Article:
06 January 2020

Researchers have used genomic sequencing to analyse patterns of neoantigens in multiple myeloma patients, with a view to developing improved immunotherapy.

Neoantigens are by-products from gene mutations in tumours that have not yet been recognised by the immune system.

Dr Samir Parekh, of the Icahn School of Medicine at Mount Sinai, New York, USA, and colleagues analysed next-generation sequencing information to look for neoantigens in myeloma cells from 184 patients. They then looked at which neoantigen-specific immune cells are triggered by immunotherapy. They hope their findings will help tailor specific immunotherapy for this condition.

Details appeared in the journal Clinical Cancer Research. The team say this is the first study to show which neoantigens trigger the immune system to recognise and kill cancer cells in multiple myeloma.

“The results provide the foundation for using neoantigen-targeting strategies such as cancer vaccines in future trials for multiple myeloma patients,” they write.

Patients with relapsed disease tended to have more neoantigens than newly-diagnosed patients, which “may indicate potential for greater immune responses to immunotherapy in these patients,” the researchers say.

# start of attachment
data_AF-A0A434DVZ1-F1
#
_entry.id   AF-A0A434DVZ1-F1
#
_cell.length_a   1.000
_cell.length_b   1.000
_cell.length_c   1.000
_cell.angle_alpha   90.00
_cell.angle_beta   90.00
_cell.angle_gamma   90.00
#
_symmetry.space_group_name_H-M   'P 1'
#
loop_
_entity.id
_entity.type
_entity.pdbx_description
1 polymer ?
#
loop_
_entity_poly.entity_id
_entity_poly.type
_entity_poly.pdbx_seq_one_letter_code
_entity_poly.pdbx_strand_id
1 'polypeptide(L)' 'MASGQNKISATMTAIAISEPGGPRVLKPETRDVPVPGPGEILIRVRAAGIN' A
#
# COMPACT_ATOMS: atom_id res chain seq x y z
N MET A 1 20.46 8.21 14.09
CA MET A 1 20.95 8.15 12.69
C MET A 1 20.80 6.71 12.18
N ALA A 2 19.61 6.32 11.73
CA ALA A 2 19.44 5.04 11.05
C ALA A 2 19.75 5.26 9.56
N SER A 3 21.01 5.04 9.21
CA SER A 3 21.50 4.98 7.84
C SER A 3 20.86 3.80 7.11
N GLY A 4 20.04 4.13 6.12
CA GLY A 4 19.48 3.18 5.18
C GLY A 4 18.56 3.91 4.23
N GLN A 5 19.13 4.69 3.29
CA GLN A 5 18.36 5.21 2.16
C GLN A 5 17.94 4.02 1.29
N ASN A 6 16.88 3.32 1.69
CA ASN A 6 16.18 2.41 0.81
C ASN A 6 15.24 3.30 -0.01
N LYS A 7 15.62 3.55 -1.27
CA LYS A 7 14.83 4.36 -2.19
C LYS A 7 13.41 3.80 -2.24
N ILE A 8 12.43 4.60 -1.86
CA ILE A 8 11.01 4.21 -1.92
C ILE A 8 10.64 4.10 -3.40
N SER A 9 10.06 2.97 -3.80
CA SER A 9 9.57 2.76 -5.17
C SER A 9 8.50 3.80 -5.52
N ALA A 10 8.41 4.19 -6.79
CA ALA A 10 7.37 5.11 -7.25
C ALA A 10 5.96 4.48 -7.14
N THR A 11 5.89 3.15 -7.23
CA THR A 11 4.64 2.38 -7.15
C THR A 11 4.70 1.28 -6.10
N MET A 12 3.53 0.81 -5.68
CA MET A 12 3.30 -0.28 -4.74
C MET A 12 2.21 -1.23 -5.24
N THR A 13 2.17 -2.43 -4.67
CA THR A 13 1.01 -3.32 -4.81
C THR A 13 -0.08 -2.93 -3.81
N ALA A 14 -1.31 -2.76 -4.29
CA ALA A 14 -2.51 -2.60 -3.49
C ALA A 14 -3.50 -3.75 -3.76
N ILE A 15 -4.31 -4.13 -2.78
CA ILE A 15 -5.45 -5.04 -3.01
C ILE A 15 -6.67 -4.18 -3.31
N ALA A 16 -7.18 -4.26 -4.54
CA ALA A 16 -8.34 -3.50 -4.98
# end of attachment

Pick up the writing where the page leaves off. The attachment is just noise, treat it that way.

Dr Parekh said: “Tumour neoantigens represent excellent targets for immunotherapy, due to their specific expression in cancer tissue. Until now, there has been no direct evidence that DNA mutations induce neoantigen-specific T-cell responses following immunotherapy in multiple myeloma.”

Co-author Dr Nina Bhardwaj is taking the work further in a clinical trial of the safety and effectiveness of a personalised neoantigen vaccine for multiple myeloma, and possibly other cancers.

Source: Perumal D, Imai N, Laganà A, Finnigan J, Melnekoff D, Leshchenko VV, Solovyov A, Madduri D, Chari A, Cho HJ, Dudley JT, Brody JD, Jagannath S, Greenbaum B, Gnjatic S, Bhardwaj N, Parekh S. (2019) “Mutation-derived Neoantigen-specific T-cell Responses in Multiple Myeloma”, Clinical Cancer Research, doi: 10.1158/1078-0432.CCR-19-2309


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